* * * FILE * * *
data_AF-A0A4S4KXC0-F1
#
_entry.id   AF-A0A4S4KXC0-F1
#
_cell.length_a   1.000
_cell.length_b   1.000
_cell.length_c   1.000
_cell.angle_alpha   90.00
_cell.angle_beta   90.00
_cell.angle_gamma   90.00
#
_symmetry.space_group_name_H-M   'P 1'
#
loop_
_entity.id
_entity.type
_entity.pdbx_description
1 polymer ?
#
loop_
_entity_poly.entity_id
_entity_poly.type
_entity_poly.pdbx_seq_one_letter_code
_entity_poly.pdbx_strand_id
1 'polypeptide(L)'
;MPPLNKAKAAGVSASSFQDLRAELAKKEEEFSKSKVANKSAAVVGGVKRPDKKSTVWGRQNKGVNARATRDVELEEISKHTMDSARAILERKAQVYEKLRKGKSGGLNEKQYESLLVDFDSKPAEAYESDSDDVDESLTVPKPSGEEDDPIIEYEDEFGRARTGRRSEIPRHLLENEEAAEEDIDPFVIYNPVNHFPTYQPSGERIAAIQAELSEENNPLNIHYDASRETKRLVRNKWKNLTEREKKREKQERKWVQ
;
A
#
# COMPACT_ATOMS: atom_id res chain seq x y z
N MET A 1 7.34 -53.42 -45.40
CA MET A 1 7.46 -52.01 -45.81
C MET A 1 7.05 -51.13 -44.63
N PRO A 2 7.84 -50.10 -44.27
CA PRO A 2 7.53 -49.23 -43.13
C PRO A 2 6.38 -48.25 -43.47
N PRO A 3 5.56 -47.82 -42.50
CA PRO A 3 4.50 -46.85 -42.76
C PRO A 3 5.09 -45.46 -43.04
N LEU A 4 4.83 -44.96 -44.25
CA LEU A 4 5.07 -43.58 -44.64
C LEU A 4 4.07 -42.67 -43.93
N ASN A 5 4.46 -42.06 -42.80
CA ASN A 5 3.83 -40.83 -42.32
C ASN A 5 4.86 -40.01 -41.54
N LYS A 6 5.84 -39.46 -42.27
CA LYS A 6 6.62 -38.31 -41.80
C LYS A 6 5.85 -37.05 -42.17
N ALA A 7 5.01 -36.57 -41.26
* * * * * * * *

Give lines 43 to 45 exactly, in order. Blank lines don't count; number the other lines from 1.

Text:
N ASN A 5 4.46 -42.06 -42.80
CA ASN A 5 3.83 -40.83 -42.32
C ASN A 5 4.86 -40.01 -41.54